Gantz gets shot at forming government, invites Netanyahu to negotiations

Israel’s former military chief Benny Gantz was tasked Wednesday with forming the next government, but he has few options after last month’s elections left him in a near tie with Prime Minister Benjamin Netanyahu.

By Associated Press

After Israeli Prime Minister Benjamin Netanyahu failed to form a government built on a large right-wing bloc, rival Benny Gantz faces similarly steep odds, raising the possibility that Israel will hold a third election in less than a year.

President Reuven Rivlin formally granted the mandate to Gantz, who will have 28 days to form a coalition. It is the first time in over a decade that anyone besides Netanyahu has been given the task.

After accepting the mandate at Rivlin’s official residence in Jerusalem, Gantz commented, “I will invite all the parties that are represented in the Knesset, even those who will not be in the government. I will first turn to the Likud and to its head Netanyahu and offer for him to be part of that government,” Times of Israel reported.

Gantz, a lifelong military man, has presented himself as a practical leader who can bridge Israel’s many divisions and address the various security threats it faces.

Gantz presents himself as a more trustworthy alternative to the Netanyahu, and may hope to evoke past generals who became statesmen, including Moshe Dayan, Yitzhak Rabin and Ariel Sharon.

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But he faces steep odds in every possible path to forming a government. He has been endorsed by just 54 lawmakers representing an array of parties that are unlikely to sit together in a coalition.

Both Gantz and Netanyahu say they favor a national unity government. Together, Netanyahu’s Likud and Gantz’s Blue and White control a solid 65-seat majority. But the two men are divided over who should lead any new government.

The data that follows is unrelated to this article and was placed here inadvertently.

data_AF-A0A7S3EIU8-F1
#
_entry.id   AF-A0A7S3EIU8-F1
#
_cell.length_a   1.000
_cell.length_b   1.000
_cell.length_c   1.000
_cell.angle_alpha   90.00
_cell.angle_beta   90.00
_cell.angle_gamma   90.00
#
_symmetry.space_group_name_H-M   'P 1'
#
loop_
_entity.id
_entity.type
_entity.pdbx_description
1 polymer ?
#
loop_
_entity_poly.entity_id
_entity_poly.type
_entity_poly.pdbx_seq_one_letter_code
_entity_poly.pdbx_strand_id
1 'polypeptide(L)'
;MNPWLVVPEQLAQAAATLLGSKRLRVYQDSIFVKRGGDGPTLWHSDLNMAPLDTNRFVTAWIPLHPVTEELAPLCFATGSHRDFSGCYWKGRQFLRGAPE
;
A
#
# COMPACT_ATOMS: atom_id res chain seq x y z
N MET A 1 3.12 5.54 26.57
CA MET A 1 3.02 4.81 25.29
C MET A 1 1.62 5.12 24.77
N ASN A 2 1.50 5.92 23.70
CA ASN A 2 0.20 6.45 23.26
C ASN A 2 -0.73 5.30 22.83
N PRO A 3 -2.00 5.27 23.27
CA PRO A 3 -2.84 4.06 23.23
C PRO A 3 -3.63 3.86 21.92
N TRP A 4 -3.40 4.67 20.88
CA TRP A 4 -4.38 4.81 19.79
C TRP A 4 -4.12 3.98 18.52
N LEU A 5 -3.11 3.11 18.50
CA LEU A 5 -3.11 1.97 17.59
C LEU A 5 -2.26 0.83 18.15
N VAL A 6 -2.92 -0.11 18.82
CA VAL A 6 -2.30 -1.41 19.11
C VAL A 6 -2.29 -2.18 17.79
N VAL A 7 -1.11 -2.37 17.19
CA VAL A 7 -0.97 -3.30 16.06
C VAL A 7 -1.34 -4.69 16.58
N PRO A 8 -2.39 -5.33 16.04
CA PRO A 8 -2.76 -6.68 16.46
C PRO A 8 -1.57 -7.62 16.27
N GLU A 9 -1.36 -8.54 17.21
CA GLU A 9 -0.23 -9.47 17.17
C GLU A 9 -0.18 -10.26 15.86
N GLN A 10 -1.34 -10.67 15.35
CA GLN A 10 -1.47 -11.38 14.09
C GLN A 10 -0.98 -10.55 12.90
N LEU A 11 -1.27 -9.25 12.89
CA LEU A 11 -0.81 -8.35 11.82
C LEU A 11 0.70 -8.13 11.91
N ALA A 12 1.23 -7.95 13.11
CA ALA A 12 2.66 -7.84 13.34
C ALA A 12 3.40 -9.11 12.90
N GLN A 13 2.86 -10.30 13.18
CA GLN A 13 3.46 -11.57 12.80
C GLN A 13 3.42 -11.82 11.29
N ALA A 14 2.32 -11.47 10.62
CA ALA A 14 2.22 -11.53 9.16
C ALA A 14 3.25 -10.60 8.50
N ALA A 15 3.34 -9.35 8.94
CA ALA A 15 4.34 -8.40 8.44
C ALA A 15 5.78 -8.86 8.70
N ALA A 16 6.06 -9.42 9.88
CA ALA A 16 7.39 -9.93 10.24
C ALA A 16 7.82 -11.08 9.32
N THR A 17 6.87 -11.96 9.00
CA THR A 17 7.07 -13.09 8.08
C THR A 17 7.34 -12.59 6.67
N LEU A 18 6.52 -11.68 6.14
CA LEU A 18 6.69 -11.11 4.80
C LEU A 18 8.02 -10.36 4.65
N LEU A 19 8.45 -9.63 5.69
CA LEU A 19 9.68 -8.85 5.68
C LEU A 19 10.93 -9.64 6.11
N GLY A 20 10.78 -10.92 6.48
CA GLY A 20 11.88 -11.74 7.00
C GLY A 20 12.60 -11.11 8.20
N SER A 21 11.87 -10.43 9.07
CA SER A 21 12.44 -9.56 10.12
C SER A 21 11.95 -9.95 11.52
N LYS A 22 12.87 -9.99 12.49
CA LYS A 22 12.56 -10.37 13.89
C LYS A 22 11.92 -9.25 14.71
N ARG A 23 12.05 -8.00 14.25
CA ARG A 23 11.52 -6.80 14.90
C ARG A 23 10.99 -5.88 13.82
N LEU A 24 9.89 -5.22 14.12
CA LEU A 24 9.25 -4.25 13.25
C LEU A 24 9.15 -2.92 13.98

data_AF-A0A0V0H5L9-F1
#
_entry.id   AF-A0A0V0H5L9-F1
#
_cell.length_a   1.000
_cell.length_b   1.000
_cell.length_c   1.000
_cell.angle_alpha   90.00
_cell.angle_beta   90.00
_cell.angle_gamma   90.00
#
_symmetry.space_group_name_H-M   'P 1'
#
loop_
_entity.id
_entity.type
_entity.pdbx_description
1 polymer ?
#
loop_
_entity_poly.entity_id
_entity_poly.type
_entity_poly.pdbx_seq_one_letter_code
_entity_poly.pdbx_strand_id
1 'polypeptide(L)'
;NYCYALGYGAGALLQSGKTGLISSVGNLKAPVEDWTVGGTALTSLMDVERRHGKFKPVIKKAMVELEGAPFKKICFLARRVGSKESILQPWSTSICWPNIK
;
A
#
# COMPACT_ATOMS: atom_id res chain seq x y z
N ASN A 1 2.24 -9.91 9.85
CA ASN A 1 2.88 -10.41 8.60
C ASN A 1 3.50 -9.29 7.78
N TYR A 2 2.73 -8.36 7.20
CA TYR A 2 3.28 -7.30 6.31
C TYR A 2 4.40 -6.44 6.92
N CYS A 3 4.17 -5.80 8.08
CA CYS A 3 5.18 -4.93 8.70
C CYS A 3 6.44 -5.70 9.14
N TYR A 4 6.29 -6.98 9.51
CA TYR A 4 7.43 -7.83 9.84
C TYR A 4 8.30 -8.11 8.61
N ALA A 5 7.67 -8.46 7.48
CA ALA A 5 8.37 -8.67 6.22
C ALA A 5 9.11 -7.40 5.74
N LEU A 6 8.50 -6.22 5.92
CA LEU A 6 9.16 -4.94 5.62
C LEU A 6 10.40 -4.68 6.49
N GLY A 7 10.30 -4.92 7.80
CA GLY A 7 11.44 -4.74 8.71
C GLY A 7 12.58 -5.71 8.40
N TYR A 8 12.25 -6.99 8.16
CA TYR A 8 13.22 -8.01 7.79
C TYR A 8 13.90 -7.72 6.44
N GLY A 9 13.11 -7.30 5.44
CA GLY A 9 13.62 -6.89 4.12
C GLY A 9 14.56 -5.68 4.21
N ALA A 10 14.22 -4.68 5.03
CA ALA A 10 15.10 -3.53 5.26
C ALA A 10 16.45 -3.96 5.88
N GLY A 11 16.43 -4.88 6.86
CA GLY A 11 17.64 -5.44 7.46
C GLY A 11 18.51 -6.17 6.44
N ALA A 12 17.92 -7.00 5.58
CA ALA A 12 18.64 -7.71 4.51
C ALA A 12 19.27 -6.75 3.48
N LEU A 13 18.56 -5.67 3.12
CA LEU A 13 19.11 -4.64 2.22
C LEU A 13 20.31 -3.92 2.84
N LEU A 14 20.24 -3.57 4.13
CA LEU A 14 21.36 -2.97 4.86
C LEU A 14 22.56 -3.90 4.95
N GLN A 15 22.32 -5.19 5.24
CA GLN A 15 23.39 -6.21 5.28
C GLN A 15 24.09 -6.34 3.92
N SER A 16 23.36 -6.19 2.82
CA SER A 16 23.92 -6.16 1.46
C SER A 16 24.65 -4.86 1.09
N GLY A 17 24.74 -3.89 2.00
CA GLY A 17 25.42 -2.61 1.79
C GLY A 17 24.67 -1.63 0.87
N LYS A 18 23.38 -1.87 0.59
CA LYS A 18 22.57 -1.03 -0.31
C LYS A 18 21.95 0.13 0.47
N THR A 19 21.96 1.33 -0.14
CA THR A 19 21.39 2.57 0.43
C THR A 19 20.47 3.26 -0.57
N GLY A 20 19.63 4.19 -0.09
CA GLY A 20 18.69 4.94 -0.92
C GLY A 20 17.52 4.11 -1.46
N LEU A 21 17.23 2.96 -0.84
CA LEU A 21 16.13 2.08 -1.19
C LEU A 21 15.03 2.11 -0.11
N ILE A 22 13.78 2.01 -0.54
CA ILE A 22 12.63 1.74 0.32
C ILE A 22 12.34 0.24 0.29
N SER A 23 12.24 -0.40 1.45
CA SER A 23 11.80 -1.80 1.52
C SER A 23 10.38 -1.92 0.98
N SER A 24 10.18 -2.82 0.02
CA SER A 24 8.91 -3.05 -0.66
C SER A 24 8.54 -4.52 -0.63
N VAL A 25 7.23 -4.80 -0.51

Netanyahu has insisted he head the government, at least for the first two years, and that it include his right-wing allies, conditions that Gantz has repeatedly rejected.

Netanyahu also accusations of corruption, which will be litigated in the coming weeks, and Gantz has said Netanyahu should resolve his legal troubles before returning to the top post.

Blue and White nevertheless invited Likud negotiators to a meeting planned for Thursday.

Gantz could potentially break up the right-wing alliance and recruit some of the smaller parties to his coalition. But that might be seen as a major betrayal by those parties’ voters.

Another option would be to form a minority government with Avigdor Lieberman, who emerged as kingmaker after his party won eight seats and has refused to endorse either Gantz or Netanyahu. Gantz might be able to convince the Arab Joint List, which won 13 seats, to support the coalition from the outside.

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That would bring down Netanyahu but result in a highly unstable government. It’s also far from clear that Lieberman, a nationalist with a history of harsh rhetoric toward the Arab minority, would support such a scheme. No Arab party has ever sat in an Israeli government.

The political deadlock dates back to April, when Lieberman refused to join a right-wing coalition under Netanyahu, denying him a majority. In response, parliament voted to dissolve itself, leading to an unprecedented repeat election in September. A similar scenario could play out again.

The political deadlock has delayed the Trump administration’s release of its long-awaited peace plan. The Palestinians have already vowed to ignore the plan, a move consistent with decades of Palestinian rejectionism.